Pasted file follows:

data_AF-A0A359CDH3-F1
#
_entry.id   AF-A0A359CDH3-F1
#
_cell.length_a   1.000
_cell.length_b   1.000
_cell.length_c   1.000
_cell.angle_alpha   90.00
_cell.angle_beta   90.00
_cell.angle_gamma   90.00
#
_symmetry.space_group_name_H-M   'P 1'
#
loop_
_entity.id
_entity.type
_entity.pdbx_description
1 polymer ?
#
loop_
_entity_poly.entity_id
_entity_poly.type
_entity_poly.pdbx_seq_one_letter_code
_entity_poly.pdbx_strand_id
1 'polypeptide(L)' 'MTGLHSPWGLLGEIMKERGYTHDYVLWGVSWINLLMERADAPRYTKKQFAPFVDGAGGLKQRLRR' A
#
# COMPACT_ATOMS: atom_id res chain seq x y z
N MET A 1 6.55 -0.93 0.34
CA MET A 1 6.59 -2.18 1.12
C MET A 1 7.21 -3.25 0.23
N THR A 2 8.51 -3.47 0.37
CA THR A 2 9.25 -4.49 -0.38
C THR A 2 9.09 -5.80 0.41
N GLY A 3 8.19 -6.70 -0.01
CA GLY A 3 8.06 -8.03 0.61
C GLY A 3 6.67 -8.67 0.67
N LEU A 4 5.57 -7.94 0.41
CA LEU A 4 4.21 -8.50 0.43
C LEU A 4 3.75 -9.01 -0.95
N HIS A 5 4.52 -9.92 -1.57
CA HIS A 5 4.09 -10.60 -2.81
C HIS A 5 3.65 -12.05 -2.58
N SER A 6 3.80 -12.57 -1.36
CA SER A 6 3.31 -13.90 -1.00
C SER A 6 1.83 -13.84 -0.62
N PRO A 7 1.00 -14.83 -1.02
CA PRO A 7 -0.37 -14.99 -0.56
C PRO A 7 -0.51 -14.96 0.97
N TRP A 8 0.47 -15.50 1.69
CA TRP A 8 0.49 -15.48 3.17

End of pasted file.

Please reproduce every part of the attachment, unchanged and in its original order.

data_AF-A0A359CDH3-F1
#
_entry.id   AF-A0A359CDH3-F1
#
_cell.length_a   1.000
_cell.length_b   1.000
_cell.length_c   1.000
_cell.angle_alpha   90.00
_cell.angle_beta   90.00
_cell.angle_gamma   90.00
#
_symmetry.space_group_name_H-M   'P 1'
#
loop_
_entity.id
_entity.type
_entity.pdbx_description
1 polymer ?
#
loop_
_entity_poly.entity_id
_entity_poly.type
_entity_poly.pdbx_seq_one_letter_code
_entity_poly.pdbx_strand_id
1 'polypeptide(L)' 'MTGLHSPWGLLGEIMKERGYTHDYVLWGVSWINLLMERADAPRYTKKQFAPFVDGAGGLKQRLRR' A
#
# COMPACT_ATOMS: atom_id res chain seq x y z
N MET A 1 6.55 -0.93 0.34
CA MET A 1 6.59 -2.18 1.12
C MET A 1 7.21 -3.25 0.23
N THR A 2 8.51 -3.47 0.37
CA THR A 2 9.25 -4.49 -0.38
C THR A 2 9.09 -5.80 0.41
N GLY A 3 8.19 -6.70 -0.01
CA GLY A 3 8.06 -8.03 0.61
C GLY A 3 6.67 -8.67 0.67
N LEU A 4 5.57 -7.94 0.41
CA LEU A 4 4.21 -8.50 0.43
C LEU A 4 3.75 -9.01 -0.95
N HIS A 5 4.52 -9.92 -1.57
CA HIS A 5 4.09 -10.60 -2.81
C HIS A 5 3.65 -12.05 -2.58
N SER A 6 3.80 -12.57 -1.36
CA SER A 6 3.31 -13.90 -1.00
C SER A 6 1.83 -13.84 -0.62
N PRO A 7 1.00 -14.83 -1.02
CA PRO A 7 -0.37 -14.99 -0.56
C PRO A 7 -0.51 -14.96 0.97
N TRP A 8 0.47 -15.50 1.69
CA TRP A 8 0.49 -15.48 3.17